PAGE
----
City contends that respondent court erred, because the public interest in disclosure of the names, addresses, and telephone numbers of persons who have made airport noise complaints is clearly outweighed by the public interest in protecting the complainants' privacy and in preventing a chilling effect on complaints. We agree. Under the facts of this particular case, where City makes public a monthly noise report and other records which provide a wealth of information about airport noise complaints, the public' s interest in disclosure of the complainants' identity and personal information is minimal. It is not necessary to disclose the names, addresses, and telephone numbers of the complainants for the public to have access to vital information about City' s performance of its state-mandated duty to record and report airport noise complaints. Accordingly, we find that the public interest in protecting the privacy of noise complainants and in preventing a chilling effect on complaints, clearly outweighs the public interest in disclosure of complainants' names, addresses, and telephone numbers. We therefore issue a peremptory writ of mandate as requested by City.

A. The Mercury News's California Public Records Act Request

City owns and operates the San Jose International Airport (Airport). In March 1998, the Mercury News, a daily newspaper of general circulation, sent a written request to Airport's director of aviation for disclosure of public records in accordance with the Act. In particular, the Mercury News sought access to the names, addresses, and telephone numbers of 215 individuals who had made written, telephonic, or e-mail complaints about airport noise during the month of January 1998. The Mercury News also sought disclosure of tapes and transcriptions of the January 1998 telephonic complaints.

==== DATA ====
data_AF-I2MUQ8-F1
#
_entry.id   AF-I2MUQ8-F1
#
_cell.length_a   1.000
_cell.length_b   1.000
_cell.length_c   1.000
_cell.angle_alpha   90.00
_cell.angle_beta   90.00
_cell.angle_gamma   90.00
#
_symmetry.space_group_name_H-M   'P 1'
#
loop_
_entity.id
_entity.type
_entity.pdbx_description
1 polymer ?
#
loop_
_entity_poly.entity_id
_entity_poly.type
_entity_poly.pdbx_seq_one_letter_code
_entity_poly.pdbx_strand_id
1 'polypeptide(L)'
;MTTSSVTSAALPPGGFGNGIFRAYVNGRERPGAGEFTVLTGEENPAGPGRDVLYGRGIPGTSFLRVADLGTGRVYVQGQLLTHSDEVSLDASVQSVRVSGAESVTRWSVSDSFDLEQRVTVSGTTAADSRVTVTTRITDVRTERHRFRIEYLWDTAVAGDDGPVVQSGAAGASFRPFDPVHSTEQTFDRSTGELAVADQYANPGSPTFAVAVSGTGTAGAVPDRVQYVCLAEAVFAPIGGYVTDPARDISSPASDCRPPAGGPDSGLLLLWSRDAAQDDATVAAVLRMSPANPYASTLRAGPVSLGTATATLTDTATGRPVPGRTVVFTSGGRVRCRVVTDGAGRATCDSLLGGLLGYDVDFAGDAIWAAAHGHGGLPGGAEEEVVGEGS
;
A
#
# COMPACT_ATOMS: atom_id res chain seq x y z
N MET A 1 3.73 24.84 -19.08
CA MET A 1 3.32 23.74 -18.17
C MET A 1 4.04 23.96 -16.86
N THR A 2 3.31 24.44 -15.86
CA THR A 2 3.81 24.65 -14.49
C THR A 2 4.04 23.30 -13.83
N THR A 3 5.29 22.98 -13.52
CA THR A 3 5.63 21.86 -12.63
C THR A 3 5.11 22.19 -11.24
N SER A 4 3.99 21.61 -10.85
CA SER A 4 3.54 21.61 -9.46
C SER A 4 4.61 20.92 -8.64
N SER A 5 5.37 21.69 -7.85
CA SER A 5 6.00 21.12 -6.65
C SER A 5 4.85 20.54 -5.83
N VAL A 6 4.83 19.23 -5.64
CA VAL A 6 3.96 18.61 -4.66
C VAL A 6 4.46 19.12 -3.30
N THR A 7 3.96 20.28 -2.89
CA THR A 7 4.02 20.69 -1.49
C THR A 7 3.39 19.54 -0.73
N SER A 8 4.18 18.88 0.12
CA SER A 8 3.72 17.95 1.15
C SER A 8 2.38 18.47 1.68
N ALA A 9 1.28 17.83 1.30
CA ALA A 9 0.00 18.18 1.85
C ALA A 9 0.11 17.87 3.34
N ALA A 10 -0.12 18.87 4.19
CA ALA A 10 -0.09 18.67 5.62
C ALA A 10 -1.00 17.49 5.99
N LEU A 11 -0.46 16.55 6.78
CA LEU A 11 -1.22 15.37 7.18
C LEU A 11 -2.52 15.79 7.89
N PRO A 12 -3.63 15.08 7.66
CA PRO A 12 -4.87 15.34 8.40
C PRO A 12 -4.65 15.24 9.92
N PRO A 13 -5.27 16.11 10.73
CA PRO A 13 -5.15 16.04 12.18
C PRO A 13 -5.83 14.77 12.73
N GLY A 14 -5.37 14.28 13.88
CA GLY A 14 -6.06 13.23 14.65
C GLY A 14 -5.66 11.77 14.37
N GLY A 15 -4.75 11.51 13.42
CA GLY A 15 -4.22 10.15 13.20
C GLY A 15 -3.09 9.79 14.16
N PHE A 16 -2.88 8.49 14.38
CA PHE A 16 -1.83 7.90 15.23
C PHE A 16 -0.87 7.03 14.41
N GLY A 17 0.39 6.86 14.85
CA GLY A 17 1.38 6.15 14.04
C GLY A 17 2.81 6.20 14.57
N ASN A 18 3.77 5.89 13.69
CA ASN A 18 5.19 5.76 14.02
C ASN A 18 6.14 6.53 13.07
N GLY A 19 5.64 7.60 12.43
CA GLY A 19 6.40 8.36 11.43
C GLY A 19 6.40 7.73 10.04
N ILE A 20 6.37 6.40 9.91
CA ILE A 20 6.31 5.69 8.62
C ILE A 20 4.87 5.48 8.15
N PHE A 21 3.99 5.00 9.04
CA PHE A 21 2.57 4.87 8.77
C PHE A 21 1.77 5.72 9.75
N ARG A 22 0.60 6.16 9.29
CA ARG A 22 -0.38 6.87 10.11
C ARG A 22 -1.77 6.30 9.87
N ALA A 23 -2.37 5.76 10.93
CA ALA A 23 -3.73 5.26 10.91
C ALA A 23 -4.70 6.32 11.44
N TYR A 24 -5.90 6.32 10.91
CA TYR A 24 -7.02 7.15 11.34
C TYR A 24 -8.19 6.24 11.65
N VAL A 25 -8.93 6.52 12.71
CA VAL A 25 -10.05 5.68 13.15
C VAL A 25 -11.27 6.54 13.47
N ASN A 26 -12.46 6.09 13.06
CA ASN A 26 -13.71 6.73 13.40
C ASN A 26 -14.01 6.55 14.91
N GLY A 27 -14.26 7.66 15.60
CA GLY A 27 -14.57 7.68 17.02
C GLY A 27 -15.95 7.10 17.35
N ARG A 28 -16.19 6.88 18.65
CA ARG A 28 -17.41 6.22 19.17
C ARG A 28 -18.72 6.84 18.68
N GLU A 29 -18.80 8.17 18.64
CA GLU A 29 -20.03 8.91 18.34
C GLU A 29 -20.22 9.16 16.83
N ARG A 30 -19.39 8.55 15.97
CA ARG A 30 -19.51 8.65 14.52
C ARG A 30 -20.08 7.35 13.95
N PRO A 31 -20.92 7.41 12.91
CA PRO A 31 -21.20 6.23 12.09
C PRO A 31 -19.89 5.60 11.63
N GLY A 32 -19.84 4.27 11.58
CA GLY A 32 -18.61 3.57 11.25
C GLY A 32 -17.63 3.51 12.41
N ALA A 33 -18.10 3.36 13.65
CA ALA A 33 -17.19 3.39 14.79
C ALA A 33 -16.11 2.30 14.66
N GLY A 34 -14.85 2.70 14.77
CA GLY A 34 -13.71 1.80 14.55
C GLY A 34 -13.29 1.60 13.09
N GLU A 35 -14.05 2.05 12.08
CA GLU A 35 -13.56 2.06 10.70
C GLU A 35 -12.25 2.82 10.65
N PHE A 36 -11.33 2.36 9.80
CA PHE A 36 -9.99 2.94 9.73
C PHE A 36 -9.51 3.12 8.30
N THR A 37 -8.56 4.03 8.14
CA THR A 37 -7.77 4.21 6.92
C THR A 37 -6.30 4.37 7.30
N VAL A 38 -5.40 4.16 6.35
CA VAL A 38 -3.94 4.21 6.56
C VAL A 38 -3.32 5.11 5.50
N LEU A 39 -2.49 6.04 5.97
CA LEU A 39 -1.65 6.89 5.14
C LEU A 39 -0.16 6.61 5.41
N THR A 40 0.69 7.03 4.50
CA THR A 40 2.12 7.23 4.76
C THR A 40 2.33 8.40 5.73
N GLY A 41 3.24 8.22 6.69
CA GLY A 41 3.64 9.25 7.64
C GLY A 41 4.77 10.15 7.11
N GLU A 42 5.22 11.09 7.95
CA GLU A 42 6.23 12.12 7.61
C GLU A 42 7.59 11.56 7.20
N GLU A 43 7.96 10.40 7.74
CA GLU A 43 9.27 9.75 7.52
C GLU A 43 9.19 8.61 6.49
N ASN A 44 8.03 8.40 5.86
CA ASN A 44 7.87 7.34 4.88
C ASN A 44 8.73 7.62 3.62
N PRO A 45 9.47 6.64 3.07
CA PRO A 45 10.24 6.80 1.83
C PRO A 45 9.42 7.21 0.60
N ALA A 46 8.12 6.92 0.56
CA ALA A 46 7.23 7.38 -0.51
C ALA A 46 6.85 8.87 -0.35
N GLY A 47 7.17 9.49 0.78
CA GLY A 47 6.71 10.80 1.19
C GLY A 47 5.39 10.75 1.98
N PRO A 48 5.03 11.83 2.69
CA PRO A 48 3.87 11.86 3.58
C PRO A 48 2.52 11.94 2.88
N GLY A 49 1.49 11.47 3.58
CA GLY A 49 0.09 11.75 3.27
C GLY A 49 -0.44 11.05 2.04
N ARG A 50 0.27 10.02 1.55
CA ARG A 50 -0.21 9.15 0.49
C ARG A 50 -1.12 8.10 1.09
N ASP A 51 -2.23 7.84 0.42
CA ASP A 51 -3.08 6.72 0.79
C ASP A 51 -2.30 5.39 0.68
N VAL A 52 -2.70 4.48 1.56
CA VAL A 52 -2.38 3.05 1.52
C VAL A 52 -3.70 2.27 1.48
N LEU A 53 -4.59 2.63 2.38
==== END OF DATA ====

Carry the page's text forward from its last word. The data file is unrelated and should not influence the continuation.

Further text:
City operates Airport under a noise variance from California's Airport Noise Standards, as set forth in the California Code of Regulations, title 21, section 5012. As a condition of maintaining the noise variance in effect, the California Department of Transportation requires City to implement a program for accepting, responding to, and reporting airport noise complaints. Members of the public may make complaints by telephoning Airport, and providing name, address, telephone number, and time and nature of complaint, either directly to Airport staff, or by leaving a recorded message. The complaints are made voluntarily, and Airport does not provide any assurances of confidentiality. City intends the noise complaint program to encourage complaints, which are then independently investigated by City.

As part of its program, City prepares monthly noise reports. These reports summarize the following complaint information for each month: (1) the total number of noise complaints; (2) how many persons made the complaints: (3) average complaints per day; (4) location of complaints by city area; (5) time of day of complaints; and (6) a breakdown of the nature of the complaints, including categorization of whether private or commercial planes were involved, and the type of complaints (intrusion, loud aircraft, overflight, frequency, or other).